So here I am not telling you about my second trip to Argentina in 2018, but instead, how to experience your next trip in a new way.
I used to think that using a tour guide was cheating. I also thought most guides hated their jobs. My experiences had been limited to mostly bad Seattle Underground Tours where unenthused comedians mocked the tour itself by masking their disgust through gritted teeth.
It wasn’t until a trip to Paris when my in-laws hired a legit pro to take us through three of the most popular museums that you probably know. I walked away from that tour realizing how much more connected I felt to the art I was seeing. I saw it through their eyes but felt it with my body. I never applied the common phrase I use when finding design help, “You get what you pay for,” to tour guides.
So, in 2018 I went to Argentina with my wife’s family. Instead of a tour guide, I found a local art teacher who held private walking tours, but for drawing. He taught simple one and two-point perspective drawing, which anyone can do with a small ruler and a pencil.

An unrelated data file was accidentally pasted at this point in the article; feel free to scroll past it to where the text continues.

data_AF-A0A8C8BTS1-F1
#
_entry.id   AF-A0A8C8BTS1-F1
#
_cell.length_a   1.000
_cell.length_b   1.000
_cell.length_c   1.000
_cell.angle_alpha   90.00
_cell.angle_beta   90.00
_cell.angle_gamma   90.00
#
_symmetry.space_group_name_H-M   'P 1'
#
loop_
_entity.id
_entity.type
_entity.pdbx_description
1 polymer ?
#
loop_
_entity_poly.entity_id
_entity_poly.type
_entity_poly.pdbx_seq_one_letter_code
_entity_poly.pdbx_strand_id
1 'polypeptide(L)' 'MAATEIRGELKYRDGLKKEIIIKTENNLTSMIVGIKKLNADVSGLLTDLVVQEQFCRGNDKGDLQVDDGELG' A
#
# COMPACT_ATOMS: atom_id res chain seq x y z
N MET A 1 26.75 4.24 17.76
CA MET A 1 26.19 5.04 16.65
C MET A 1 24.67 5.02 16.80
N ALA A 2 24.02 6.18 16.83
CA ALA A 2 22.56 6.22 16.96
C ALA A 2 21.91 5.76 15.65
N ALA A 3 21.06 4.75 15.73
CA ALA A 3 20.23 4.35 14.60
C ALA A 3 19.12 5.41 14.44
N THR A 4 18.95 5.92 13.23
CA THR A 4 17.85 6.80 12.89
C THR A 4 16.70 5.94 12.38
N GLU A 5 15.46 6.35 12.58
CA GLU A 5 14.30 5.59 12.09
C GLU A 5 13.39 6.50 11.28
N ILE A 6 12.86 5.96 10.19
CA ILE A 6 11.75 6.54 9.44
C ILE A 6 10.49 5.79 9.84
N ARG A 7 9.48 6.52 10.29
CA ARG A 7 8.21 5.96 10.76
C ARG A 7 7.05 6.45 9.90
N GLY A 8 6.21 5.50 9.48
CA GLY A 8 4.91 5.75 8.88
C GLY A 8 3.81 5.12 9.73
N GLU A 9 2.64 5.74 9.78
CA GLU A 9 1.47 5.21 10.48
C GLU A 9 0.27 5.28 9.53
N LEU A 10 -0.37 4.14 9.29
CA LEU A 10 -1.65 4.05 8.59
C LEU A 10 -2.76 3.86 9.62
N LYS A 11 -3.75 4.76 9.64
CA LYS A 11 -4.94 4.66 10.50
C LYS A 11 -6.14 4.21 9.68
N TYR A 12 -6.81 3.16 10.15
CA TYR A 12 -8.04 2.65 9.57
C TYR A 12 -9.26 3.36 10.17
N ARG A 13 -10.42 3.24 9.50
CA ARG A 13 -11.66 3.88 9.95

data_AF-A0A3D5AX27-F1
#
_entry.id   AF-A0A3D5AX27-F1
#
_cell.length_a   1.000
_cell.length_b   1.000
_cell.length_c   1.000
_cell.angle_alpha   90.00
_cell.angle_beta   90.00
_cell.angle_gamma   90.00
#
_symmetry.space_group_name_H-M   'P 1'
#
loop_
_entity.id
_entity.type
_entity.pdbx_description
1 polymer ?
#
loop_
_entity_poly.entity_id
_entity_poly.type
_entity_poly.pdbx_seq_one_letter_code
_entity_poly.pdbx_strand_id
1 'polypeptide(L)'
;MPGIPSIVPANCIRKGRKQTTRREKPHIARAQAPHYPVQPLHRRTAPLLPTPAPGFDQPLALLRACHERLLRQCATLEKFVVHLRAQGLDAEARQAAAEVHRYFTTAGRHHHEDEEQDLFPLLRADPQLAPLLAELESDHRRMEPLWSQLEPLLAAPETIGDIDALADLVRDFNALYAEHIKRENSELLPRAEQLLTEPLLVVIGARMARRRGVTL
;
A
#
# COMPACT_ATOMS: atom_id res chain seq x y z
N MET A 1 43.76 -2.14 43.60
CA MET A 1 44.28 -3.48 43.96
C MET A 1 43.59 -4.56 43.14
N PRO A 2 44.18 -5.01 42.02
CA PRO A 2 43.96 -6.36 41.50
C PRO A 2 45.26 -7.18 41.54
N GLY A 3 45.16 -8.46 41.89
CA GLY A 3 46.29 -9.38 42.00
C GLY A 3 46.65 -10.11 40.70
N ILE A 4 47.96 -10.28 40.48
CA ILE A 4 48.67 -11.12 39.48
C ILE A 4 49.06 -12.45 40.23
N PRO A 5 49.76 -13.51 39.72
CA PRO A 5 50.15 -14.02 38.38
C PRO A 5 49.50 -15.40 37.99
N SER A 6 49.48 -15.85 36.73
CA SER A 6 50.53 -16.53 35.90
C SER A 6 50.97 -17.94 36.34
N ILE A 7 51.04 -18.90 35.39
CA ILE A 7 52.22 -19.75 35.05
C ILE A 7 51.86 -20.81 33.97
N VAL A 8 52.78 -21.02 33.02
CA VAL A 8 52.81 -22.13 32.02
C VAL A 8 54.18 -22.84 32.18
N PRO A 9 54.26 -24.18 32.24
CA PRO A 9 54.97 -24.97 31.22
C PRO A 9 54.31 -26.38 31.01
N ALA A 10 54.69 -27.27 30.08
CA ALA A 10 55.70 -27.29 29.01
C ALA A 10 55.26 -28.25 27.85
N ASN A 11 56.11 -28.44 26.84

More important than the simplicity of drawing this way, you are connecting to a location in a way most people never try.
In many cases, the first memories I recall from a trip I’ve taken is the food I’ve eaten. When I was in Japan, it was slurping down a bowl of ramen elbow to elbow in a cramped restaurant in Tokyo, or biking to a vineyard just outside of Mendoza City to drink wine while eating steak from a cow grazing on some of the best soil in the world.
All of our senses are being triggered when eating, so it’s not a secret these memories are at the tip of our memory banks, sealed safely like a cold wallet holding Bitcoin in a fire safe.
Sitting outside to draw a scene connects our senses in similar ways. We use four of the five while drawing. And if you have a handy sandwich nearby, you can take advantage of taste, just for kicks.
What’s underrated is the connection we have to a place by creating something. Drawing forces us to process information in multiple ways: visually, kinesthetically, and semantically. It’s superior to reading or writing because of this visual trifecta.